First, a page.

Since the Supreme Court of the United States struck down the Professional and Amateur Sports Protection Act or PASPA of 1992, each of the states in the US is now allowed to decide on the fate of sports betting within their territories.
For the longest time, PASPA has restricted states that are not Nevada, Oregon, Delaware, and Montana from regulating sports betting. Thanks to pre-existing laws, these states are exempt from what PASPA is for. It was New Jersey that was eager to regulate betting that it challenged PASPA.
In May 2018, the Supreme Court has found PASPA unconstitutional and a few states already started working on legalizing betting. Among the first few states that were quick to work on the legislation of local betting are New Jersey, Rhode Island, Pennsylvania, and Mississippi.
It’s just noteworthy that each state has different ways to regulate betting and in some of these states, online betting is still not legal. In Tennessee, however, only online betting was signed into law. In-person betting is still not legal in this state.
There are already 20 states that have already signed betting into law. Aside from what’s already mentioned, states like New York, Illinois, Michigan, and Colorado all have already legalized betting. Some of these, however, haven’t launched it yet.
Now, 2020 maybe another year to finally welcome more states on the list. This includes the state of Maryland. Maryland isn’t exactly new to making attempts to legalize betting in the state. It has been trying to do so for a long time now.
The state cam close to doing this in 2018, even before PASPA was stricken down by the Supreme Court. The state was able to pass a sports betting bill to beat the end of PASPA, but the Senate just didn’t push the bill forward.
Recently, four new bills have been submitted for the legislation of betting in the state, but only one seems to be the favorite of most of the people involved in the industry. HB 225 will allow the issuance of 16 online sports betting licenses in the state.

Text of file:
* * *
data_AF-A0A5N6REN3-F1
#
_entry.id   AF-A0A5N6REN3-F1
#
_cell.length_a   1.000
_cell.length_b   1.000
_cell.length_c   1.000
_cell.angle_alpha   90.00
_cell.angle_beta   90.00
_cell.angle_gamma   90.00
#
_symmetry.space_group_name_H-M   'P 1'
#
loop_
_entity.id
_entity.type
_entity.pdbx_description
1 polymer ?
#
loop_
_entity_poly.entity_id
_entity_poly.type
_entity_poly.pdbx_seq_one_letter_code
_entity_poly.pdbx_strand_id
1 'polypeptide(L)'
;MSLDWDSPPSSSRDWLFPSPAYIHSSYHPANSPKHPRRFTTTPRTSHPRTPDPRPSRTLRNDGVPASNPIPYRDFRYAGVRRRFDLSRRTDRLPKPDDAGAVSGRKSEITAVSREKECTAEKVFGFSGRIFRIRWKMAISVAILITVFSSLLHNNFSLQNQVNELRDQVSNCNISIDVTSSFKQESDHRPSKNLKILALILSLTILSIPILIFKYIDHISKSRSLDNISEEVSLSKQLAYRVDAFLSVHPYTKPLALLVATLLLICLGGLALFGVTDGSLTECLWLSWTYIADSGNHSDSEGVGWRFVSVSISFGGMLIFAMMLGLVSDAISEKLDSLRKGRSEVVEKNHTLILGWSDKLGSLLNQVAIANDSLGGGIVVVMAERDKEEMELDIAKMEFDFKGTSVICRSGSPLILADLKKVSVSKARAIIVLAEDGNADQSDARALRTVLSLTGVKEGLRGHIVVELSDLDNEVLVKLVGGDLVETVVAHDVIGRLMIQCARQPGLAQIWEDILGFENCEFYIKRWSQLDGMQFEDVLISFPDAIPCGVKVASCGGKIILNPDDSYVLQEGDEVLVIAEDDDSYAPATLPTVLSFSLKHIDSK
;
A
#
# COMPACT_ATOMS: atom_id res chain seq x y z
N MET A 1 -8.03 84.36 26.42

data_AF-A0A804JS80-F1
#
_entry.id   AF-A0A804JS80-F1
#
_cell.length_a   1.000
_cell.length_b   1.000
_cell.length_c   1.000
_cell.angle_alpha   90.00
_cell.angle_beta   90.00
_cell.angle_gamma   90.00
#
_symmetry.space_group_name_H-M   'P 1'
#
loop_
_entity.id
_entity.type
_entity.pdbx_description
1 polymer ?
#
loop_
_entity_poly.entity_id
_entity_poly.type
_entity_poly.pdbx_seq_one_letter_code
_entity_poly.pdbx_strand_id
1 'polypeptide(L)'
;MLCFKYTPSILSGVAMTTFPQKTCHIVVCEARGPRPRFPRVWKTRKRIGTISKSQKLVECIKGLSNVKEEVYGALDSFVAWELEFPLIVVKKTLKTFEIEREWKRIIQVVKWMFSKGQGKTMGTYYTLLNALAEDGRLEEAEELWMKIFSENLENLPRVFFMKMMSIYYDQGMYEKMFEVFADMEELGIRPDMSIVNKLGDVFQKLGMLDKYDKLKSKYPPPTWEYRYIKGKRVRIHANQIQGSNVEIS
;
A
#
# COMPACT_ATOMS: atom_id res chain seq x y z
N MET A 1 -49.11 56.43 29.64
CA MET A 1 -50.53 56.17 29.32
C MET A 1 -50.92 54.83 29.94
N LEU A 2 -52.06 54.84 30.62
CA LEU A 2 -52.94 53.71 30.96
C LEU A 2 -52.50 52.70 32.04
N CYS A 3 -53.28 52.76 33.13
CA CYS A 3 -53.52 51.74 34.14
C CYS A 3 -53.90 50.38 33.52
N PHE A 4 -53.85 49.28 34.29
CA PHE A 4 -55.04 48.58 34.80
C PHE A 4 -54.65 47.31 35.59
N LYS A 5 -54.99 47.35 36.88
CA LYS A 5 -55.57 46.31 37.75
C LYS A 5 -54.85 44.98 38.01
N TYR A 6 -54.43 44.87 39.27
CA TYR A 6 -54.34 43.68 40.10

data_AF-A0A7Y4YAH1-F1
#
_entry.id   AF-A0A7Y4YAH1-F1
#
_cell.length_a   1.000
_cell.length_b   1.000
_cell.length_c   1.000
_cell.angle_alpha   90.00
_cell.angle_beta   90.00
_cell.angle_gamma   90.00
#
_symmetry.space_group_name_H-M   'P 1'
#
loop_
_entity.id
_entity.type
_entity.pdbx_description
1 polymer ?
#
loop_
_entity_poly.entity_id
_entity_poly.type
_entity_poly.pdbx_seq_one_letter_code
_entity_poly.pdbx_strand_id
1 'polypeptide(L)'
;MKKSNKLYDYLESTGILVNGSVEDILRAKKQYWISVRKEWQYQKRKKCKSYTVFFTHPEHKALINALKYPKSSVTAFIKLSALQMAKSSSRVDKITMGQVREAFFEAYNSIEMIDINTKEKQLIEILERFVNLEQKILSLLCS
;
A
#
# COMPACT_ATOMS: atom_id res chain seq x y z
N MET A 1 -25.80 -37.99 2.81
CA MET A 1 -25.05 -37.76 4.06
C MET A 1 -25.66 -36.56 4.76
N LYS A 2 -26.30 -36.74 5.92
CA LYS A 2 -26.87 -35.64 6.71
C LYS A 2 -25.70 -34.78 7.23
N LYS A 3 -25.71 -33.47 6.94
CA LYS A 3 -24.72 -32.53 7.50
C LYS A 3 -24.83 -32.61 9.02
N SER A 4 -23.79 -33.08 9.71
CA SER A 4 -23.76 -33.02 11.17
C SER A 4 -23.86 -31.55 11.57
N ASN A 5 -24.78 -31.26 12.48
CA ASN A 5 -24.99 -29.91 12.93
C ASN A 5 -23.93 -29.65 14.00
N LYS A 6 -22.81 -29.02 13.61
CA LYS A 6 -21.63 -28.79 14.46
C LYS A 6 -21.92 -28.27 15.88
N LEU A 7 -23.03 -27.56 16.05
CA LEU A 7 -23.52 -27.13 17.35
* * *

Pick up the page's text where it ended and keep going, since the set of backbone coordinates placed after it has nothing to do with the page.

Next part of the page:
Each licensee could get two and this includes the six casinos and horse tracks at Timonium and Pimlico and Laurel Park. The Stronack’s Group’s Maryland Jockey Club will be sharing the licenses with Pimlico and Laurel Park.
Part of this bill is also the allowing of online sports betting on sites like 10CRIC, which some states don’t have just yet. New York is known for this. Sports betting was launched in New York in July of last year, but online betting is still illegal in the state.
This is mainly why New York is struggling in terms of betting revenues. Since it launched, it was only able to get a total of 7 million US dollars of revenue by the end of 2019. This is definitely far from how other states did in a few months.
New York punters would rather ride the train to New Jersey rather than drive for two hours to go upstate where they can place bets in person. Luckily for Maryland, this is something that they won’t be experiencing as included in the bill is the legislation of online betting.
Senator Craig Zucker who is in favor of the bill spoke about this and said, “That (online betting) would be part of that (HB 225). We’re going online. 90 percent of the sports betting across the country is online. We’re in the digital age and people want to be able to do it remotely. As long as they’re in Maryland if this goes through, they’ll be able to do that.”
Senator Zucker thinks that the bill is really centered towards the interest of the locals of Maryland. He said, “We’re really going to put Marylanders first and do what’s best, in the best interest of Marylanders. This will put it on the referendum where we allow sports betting in the state of Maryland and right now the way my bill is drafted it would be in the casinos but we’re going to do workgroups on this and do what’s best for Marylanders.”
The bill will still have to go through a public vote by November, but it’s already looking like the locals are for it. The money that Maryland will get from betting activities is allotted to the state’s educational projects. As of the moment, operators might be taxed 20 percent when they begin operations, but this will still be under negotiation during discussions.